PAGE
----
Genesis 22. 7-9
Isaac spoke up and said to his father Abraham, “Father?”
“Yes, my son?” Abraham replied.
“The fire and wood are here,” Isaac said, “but where is the lamb for the burnt offering?”
Abraham answered, “God will provide the lamb for the burnt offering, my son.” And the two of them went on together.
When they reached the place God had told him about, Abraham built an altar there and arranged the wood on it. He bound his son Isaac and laid him on the altar, on top of the wood.
A Word of Hope
How much are you willing to give up for Lent? In today’s strange and often troublesome, reading from Genesis, the patriarch of the family that would later become the nation of Israel has to make that decision, but not for Lent…forever.
Most of us are familiar with the story of Sarah and Abraham, the ancestors of every shero and hero of the Hebrew Scriptures. They had been promised a child by God, one who would grow up to bless all of the nations of the world through the lives and works of his offspring. The birth of this promised infant didn’t happen right away however, not until the couple had waited until Sarah was ninety years old and Abraham was well over 100. Sarah named him Isaac, which means “the child of laughter” since, at 89, she finally couldn’t hold back laughing at the very thought of giving birth, but Isaac was a miracle child, and the blessing prophecy was now in motion.
About 20-or-so years later, God spoke to Abraham again, saying take your son, your only son, Isaac, and sacrifice him to me on an altar. Without any questions, Abraham packed up his rope, knife, and firewood (which Isaac carried) and they headed for the designated altar of sacrifice. Isaac was not privy to all of the details about this particular burnt offering, as the above scripture makes us aware, and even though, in his youth, Isaac could have easily overpowered his centi-genarian dad, he allowed himself to be bound up for death.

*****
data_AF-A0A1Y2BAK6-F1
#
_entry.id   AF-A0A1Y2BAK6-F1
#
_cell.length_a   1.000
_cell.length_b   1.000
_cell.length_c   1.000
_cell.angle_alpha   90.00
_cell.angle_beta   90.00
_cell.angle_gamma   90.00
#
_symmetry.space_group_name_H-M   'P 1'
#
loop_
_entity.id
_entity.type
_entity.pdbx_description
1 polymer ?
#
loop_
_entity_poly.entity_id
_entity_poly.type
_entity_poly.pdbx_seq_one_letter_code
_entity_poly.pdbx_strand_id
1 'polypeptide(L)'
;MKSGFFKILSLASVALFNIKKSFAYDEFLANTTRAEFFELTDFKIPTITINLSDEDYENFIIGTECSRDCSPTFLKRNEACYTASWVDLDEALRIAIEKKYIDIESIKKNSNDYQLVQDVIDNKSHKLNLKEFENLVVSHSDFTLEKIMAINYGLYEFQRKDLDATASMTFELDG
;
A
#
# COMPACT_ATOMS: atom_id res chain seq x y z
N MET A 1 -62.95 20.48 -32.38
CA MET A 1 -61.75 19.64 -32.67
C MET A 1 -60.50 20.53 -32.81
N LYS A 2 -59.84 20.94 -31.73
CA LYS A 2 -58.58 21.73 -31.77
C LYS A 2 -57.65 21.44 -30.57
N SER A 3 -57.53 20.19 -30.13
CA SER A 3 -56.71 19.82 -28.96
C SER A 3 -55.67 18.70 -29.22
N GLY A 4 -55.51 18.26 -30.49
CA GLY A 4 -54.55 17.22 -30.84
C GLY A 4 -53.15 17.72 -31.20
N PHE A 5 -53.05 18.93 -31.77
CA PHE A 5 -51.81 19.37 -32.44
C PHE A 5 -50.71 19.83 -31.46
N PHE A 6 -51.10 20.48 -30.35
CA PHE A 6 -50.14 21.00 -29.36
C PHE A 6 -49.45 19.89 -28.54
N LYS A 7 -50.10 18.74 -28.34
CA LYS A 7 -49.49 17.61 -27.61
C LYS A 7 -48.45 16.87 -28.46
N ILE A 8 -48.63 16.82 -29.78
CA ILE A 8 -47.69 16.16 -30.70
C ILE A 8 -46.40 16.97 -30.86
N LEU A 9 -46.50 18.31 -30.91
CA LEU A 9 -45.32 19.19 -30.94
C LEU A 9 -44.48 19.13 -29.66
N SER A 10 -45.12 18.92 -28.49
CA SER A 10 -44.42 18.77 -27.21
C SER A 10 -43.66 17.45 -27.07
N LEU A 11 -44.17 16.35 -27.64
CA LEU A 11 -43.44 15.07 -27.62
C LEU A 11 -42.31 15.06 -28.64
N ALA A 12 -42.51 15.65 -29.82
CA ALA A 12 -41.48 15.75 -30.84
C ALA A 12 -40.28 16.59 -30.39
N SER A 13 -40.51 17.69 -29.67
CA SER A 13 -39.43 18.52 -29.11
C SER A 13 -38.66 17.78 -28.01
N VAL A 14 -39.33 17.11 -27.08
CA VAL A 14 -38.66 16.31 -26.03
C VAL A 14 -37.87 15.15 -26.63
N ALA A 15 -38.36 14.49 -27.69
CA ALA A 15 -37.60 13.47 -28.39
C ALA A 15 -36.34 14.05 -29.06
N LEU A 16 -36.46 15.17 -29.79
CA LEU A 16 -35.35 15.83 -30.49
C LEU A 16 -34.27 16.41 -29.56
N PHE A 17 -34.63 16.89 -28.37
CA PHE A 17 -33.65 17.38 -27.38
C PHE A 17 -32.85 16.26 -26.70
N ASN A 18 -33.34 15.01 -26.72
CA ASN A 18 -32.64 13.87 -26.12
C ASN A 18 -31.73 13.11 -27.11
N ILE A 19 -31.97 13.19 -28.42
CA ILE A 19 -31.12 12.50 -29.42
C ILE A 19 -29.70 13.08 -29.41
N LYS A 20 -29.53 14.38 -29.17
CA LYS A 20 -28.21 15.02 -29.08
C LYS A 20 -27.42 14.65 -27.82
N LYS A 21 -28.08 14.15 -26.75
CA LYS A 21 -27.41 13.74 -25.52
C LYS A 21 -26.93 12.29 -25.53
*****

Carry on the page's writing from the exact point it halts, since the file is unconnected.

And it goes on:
This is not my favorite Bible story. Oh yes, it does have a happy ending. Sure enough, the Angel of the Lord appears with a ram, and Isaac does live to fulfill his destiny. This bizarre tale about Abraham’s obedience to his God and to his faith had much more meaning to its original readers than it does to us. In the days of Sarah and Abraham, children were possessions. The donkey, the crockery, and the kids were all counted as possessions of the patriarch and all were assets that could be traded or sold to pay off a debt. Today, it is an eye-opening metaphor that asks us both what is your most precious possession, and would you be willing to give it up?
In our me-centered generation, possessions are nor necessarily material objects. Some of the possessions many of us carefully guard and protect are deeply rooted inside us; among them jealousy, greed, fear of change, stubbornness, lack of forgiveness, prejudice, bigotry, pride. To some degree, each of us carries such internal lists; tendencies so strong, so familiar, that they are no longer our possessions. They possess us. Lent is the perfect time of year to be totally honest with ourselves about those inclinations we should prayerfully examine and perhaps exchange for an uncluttered walk with God.
How much are you willing to give up for Lent?
Direct me to your altar of Love. Help me to leave the ashes of my deficiencies there. AMEN
Order of St. Francis and St. Clare